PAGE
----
Canon pro 100s printing issues
Re: Canon pro 100s printing issues
Simon Garrett wrote:
Simon Garrett wrote:
Simon Garrett wrote:
Simon Garrett wrote:
I agree that the best way to suss out if its the printer or software is to print a test target just using the printer driver, no color management or user changes.
But there are many variables in printer settings. Without knowing the printer driver settings, what will this show?
You could turn off any printer adjustments (in the case of recent Canon printers that means going to the driver, Main -> Color intensity, check manual then Set -> Matching -> None).
That turns off all adjustment in the driver. But with no colour management, that absolutely guarantees false colour unless the image has the same colour space as the printer, which is pretty unlikely. Otherwise the result will depend on what driver settings are.
If that print looks like the one posted the problem is in the printer.
A contaminated/plugged print head is not that hard to fix. No amount of cleaning cycles can fix it, the head needs to be soaked and rinsed, injecting water or cleaner through the most problematic head can speed up the process.
If willing the OP can watch how to remove and clean the print head. That has resurrected Canon printers for me when they sat idle for too long.
I think all bets are off until the OP tells us the brightness to which the monitor is calibrated. The xrite software will say that.
I am currently using DisplayCAL as the Xrite software calibration tool diddnt seem to work correctly on Windows 11 on my machine when i had upgraded it recently.
On my previously installed windows 10, i stil had the same issue with the printer.
How do i check the calibration brightness on DisplayCAL?
On the second tab (Calibration) check "Interactive display adjustment", then set White level as "Custom" and set the white point. If you leave "Interactive display adjustment" unchecked, thatn white level is "as measured". Not sure if it reports the actual measured brightness at the end of calibration, but it should do.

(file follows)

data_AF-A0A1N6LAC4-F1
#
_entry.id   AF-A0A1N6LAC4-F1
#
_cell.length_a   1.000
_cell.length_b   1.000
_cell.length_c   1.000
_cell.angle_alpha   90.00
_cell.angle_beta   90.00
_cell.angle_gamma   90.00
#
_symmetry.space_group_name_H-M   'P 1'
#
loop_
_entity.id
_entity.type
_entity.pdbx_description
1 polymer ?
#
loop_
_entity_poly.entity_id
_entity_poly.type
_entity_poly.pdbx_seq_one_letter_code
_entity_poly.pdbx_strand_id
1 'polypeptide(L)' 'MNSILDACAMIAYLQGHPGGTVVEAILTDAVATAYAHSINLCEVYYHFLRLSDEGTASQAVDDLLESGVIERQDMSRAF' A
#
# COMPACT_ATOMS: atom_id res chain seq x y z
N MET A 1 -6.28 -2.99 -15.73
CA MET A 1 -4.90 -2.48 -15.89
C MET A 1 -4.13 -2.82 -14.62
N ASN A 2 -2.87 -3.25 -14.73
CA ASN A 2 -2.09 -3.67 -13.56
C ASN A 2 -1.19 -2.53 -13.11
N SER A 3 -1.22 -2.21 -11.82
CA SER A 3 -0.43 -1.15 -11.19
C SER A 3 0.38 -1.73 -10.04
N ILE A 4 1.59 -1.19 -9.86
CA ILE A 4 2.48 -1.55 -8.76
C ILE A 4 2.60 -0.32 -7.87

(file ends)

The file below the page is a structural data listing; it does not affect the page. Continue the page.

I have done the above and set white level as custom and 120 cd/m2 appears
With is calibrated at 120 cd/m2, how do prints look? If still too dark and dim, then next check is probably colour management.
What software are you using to view images? Does the monitor profile (the one created at 120) show in Windows control panel -> Colour Management as the default profile?
What software are you using to print images? Make sure you do colour management in the print program or the driver but not both (preferably the former).
I am using Lightroom CC
I'm not sure whether that's the cloud-based version (aka "Lightroom" or "Lr" in Adobe documentation) or the stand-alone version (aka "Lightroom Classic" or "LrC"), but I use only Lightroom Classic.
in Lightroom Classic, I find the best way to get reliable colour is to set the printer profile to a profile for the printer and paper being used (as opposed to setting the profile to "Managed by printer") in the print module dialogue:
I assume there's something similar in Lightroom CC version. And I set the printer to "none" in colour adjustment, as I posted earlier, which I think goes for many modern Canon printer drivers:
Provided the monitor is calibrated (to a level of around 100-120 cd/m2) and profiled, and the monitor profile is set at the default profile in Control Panel -> Colour settings, and provided no monitor settings have been altered since, that should produce accurate printed colour that should closely match the screen.
Note the last proviso: after calibration, if you touch any monitor control other than the on/off button, the calibration generally won't be valid. Especially don't change brightness, contrast, colour, gamma or anything that alters the display in any way.
Lightroom classic is what I used.
I don't know if I mentioned it in my original post but I downloaded the colour profile for the paper I use to print on and applied that to the same example drop down box shown in your pic
Here is a sample test print
you can see that you can barely see the yellow... this is a test print on plain paper
My Pro-200, which has similar inks, produces a vertually identical test print. The yellow is almost invisible viewed under warm light. It's slightly more visible under daylight or other more light with more blue, but still pretty hard to see.
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